IRS adds NFTs to its reporting requirements for digital assets
(Kitco News) - The U.S. Internal Revenue Service (IRS) has released a draft bill that looks to add a well-defined Digital Assets section to the 2022 IRS tax forms that will include detailed guidance on how to report on cryptocurrencies and nonfungible tokens (NFT).
According to the text of the draft bill, “Digital assets are any digital representations of value that are recorded on a cryptographically secured distributed ledger or any similar technology.” It goes on to highlight NFTs, cryptos and stablecoins as clear examples of digital assets.
“If a particular asset has the characteristics of a digital asset, it will be treated as a digital asset for federal income tax purposes,” the IRS said.
Tax filers will be required to report on any digital assets received “as a reward, award, or payment for property or services,” as well as any that are “sold, exchanged, gifted, or otherwise disposed of.”
Previously, there was a lot of confusion around reporting on things like airdrops, hard forks, mining and staking proceeds. A read through the new reporting requirements shows that the IRS is looking to clear up this confusion by basically making all digital asset transactions reportable.
According to the bill, “You have a financial interest in a digital asset if you are the owner of record of a digital asset, or have an ownership stake in an account that holds one or more digital assets, including the rights and obligations to acquire a financial interest, or you own a wallet that holds digital assets.”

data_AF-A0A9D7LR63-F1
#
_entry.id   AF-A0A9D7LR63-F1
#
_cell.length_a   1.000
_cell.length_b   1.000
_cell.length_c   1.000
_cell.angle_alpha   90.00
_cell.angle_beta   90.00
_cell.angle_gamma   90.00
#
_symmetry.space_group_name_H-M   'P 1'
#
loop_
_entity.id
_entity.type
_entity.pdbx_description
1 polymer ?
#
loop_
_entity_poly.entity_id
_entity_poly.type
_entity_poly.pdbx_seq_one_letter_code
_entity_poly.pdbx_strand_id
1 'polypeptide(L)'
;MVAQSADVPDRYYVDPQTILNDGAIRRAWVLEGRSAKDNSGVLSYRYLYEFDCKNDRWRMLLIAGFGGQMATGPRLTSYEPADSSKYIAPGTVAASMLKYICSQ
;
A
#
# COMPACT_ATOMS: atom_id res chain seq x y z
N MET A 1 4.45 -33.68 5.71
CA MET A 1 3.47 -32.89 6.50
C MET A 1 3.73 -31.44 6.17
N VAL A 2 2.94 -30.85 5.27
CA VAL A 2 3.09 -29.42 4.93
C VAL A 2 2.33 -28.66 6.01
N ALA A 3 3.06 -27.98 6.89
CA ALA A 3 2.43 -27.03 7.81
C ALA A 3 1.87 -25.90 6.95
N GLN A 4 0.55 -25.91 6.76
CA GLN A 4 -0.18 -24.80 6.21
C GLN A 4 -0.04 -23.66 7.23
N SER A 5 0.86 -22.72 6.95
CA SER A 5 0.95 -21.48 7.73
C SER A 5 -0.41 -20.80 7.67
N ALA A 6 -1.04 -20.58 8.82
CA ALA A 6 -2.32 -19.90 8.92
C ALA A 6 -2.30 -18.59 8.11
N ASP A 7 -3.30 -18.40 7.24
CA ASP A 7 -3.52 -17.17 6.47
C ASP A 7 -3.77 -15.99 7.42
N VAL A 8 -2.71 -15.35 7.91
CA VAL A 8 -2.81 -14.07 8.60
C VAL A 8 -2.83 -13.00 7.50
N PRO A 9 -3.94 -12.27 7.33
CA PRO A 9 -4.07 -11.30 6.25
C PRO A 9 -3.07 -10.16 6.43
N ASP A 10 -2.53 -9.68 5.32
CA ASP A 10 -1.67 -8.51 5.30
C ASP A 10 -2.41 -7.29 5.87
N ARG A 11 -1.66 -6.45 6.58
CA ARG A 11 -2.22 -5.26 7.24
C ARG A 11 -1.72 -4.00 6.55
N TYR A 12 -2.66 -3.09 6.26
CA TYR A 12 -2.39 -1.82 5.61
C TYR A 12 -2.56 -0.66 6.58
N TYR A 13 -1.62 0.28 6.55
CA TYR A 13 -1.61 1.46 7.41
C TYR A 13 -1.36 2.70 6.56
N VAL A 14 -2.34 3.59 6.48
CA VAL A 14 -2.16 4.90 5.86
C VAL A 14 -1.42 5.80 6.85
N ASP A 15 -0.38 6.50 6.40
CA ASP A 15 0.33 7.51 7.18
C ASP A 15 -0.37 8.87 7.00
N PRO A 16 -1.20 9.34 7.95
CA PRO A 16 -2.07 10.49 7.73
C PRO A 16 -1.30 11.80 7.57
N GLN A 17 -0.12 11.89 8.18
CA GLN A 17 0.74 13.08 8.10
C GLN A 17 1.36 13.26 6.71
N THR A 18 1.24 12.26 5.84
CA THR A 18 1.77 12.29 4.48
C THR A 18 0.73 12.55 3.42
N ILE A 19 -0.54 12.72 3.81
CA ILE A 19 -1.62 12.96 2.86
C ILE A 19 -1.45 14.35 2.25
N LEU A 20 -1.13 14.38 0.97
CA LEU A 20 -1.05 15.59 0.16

Taxpayers are required to answer the Digital Assets section of their income tax return whether or not they have engaged in digital asset transactions during the tax year.
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Actions and transactions that do not need to be reported include “Holding a digital asset in a wallet or account; Transferring a digital asset from one wallet or account you own or control to another wallet or account that you own or control; or Purchasing digital assets using U.S. or other real currency, including through the use of electronic platforms such as PayPal and Venmo.”
Filers will be required to pay capital gains on the proceeds from the sale, exchange, gift, or transfer of any digital asset that was held as a capital asset. They will also be required to pay income tax on any digital asset received as compensation for services or that was sold to customers in a trade or business.
One of the most notable changes to the 2022 tax reporting is the focus on NFTs, which saw a breakout in popularity in 2021. The new rules require NFT investors to report all taxable NFT income, an area that has been rife with accusations of fraud and money laundering. With this development, the U.S. has joined a list of countries looking to crack down on NFT trading and taxation, including Singapore, Israel, and India.